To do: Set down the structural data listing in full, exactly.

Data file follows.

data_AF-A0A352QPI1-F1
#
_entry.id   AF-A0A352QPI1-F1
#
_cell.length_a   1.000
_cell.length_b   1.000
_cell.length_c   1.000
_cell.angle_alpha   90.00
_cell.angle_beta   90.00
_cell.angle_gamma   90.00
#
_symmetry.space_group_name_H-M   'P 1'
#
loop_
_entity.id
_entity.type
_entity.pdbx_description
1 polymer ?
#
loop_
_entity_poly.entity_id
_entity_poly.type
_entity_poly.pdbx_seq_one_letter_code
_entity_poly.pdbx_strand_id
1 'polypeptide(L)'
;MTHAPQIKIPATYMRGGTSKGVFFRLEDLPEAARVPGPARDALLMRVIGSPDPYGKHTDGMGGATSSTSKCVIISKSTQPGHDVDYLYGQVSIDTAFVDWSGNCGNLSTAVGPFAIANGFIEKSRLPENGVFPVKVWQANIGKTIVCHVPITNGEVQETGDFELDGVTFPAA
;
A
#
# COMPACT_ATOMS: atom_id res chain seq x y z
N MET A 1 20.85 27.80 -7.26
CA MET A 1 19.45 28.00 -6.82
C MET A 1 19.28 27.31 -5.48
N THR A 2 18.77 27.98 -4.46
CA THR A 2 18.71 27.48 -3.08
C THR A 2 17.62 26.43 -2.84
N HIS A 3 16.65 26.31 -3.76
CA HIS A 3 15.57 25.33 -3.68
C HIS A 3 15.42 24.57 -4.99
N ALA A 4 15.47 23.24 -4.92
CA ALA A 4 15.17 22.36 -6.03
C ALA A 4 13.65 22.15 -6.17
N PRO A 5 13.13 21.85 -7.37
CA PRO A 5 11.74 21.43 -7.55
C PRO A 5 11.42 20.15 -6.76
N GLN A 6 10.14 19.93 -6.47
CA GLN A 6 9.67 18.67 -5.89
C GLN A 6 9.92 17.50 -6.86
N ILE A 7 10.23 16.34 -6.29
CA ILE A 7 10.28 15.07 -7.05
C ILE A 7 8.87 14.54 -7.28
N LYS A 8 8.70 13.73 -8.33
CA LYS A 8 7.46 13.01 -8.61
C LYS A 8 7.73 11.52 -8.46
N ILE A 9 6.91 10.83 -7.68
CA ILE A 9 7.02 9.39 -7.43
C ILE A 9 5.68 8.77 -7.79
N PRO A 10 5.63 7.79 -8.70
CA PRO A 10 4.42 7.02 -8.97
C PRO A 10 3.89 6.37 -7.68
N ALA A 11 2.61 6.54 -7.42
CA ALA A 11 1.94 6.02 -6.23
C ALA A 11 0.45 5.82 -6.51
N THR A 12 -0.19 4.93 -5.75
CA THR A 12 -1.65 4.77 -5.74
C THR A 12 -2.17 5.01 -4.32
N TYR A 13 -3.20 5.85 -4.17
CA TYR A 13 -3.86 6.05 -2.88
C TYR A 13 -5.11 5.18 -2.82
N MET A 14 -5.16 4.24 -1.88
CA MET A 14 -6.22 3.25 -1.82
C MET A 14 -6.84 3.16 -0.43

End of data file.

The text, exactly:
data_AF-A0A352QPI1-F1
#
_entry.id   AF-A0A352QPI1-F1
#
_cell.length_a   1.000
_cell.length_b   1.000
_cell.length_c   1.000
_cell.angle_alpha   90.00
_cell.angle_beta   90.00
_cell.angle_gamma   90.00
#
_symmetry.space_group_name_H-M   'P 1'
#
loop_
_entity.id
_entity.type
_entity.pdbx_description
1 polymer ?
#
loop_
_entity_poly.entity_id
_entity_poly.type
_entity_poly.pdbx_seq_one_letter_code
_entity_poly.pdbx_strand_id
1 'polypeptide(L)'
;MTHAPQIKIPATYMRGGTSKGVFFRLEDLPEAARVPGPARDALLMRVIGSPDPYGKHTDGMGGATSSTSKCVIISKSTQPGHDVDYLYGQVSIDTAFVDWSGNCGNLSTAVGPFAIANGFIEKSRLPENGVFPVKVWQANIGKTIVCHVPITNGEVQETGDFELDGVTFPAA
;
A
#
# COMPACT_ATOMS: atom_id res chain seq x y z
N MET A 1 20.85 27.80 -7.26
CA MET A 1 19.45 28.00 -6.82
C MET A 1 19.28 27.31 -5.48
N THR A 2 18.77 27.98 -4.46
CA THR A 2 18.71 27.48 -3.08
C THR A 2 17.62 26.43 -2.84
N HIS A 3 16.65 26.31 -3.76
CA HIS A 3 15.57 25.33 -3.68
C HIS A 3 15.42 24.57 -4.99
N ALA A 4 15.47 23.24 -4.92
CA ALA A 4 15.17 22.36 -6.03
C ALA A 4 13.65 22.15 -6.17
N PRO A 5 13.13 21.85 -7.37
CA PRO A 5 11.74 21.43 -7.55
C PRO A 5 11.42 20.15 -6.76
N GLN A 6 10.14 19.93 -6.47
CA GLN A 6 9.67 18.67 -5.89
C GLN A 6 9.92 17.50 -6.86
N ILE A 7 10.23 16.34 -6.29
CA ILE A 7 10.28 15.07 -7.05
C ILE A 7 8.87 14.54 -7.28
N LYS A 8 8.70 13.73 -8.33
CA LYS A 8 7.46 13.01 -8.61
C LYS A 8 7.73 11.52 -8.46
N ILE A 9 6.91 10.83 -7.68
CA ILE A 9 7.02 9.39 -7.43
C ILE A 9 5.68 8.77 -7.79
N PRO A 10 5.63 7.79 -8.70
CA PRO A 10 4.42 7.02 -8.97
C PRO A 10 3.89 6.37 -7.68
N ALA A 11 2.61 6.54 -7.42
CA ALA A 11 1.94 6.02 -6.23
C ALA A 11 0.45 5.82 -6.51
N THR A 12 -0.19 4.93 -5.75
CA THR A 12 -1.65 4.77 -5.74
C THR A 12 -2.17 5.01 -4.32
N TYR A 13 -3.20 5.85 -4.17
CA TYR A 13 -3.86 6.05 -2.88
C TYR A 13 -5.11 5.18 -2.82
N MET A 14 -5.16 4.24 -1.88
CA MET A 14 -6.22 3.25 -1.82
C MET A 14 -6.84 3.16 -0.43